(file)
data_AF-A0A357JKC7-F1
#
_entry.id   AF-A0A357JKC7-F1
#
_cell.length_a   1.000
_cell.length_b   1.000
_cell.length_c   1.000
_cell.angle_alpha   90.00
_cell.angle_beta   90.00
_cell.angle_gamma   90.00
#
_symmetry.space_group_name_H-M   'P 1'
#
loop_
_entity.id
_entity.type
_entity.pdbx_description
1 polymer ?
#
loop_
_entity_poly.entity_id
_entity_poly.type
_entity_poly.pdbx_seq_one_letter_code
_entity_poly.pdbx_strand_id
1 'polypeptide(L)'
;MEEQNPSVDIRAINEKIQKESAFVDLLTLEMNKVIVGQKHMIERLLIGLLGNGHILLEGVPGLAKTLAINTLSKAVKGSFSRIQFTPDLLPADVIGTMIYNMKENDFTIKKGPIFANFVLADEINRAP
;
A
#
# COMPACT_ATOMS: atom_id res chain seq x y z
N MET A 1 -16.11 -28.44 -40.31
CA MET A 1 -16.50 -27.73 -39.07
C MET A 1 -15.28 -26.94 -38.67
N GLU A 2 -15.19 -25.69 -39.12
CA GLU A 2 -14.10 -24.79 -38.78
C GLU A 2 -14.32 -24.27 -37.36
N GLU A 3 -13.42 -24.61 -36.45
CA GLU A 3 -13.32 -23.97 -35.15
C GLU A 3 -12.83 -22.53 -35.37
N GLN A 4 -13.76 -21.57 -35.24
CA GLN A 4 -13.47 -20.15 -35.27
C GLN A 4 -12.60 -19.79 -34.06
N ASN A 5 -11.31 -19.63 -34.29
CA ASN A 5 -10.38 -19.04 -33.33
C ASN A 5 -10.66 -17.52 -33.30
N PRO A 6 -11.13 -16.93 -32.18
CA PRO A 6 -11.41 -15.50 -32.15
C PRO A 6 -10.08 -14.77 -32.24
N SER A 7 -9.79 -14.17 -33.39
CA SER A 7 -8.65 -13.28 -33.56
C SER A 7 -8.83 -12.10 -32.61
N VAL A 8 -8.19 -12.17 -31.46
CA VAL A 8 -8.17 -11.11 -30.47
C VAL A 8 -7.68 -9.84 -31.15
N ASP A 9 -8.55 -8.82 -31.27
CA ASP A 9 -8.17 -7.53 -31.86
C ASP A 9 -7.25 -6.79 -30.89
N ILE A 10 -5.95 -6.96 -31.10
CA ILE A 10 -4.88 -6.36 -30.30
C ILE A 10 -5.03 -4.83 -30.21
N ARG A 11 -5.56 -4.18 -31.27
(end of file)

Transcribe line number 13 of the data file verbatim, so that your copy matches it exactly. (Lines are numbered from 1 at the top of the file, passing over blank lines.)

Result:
#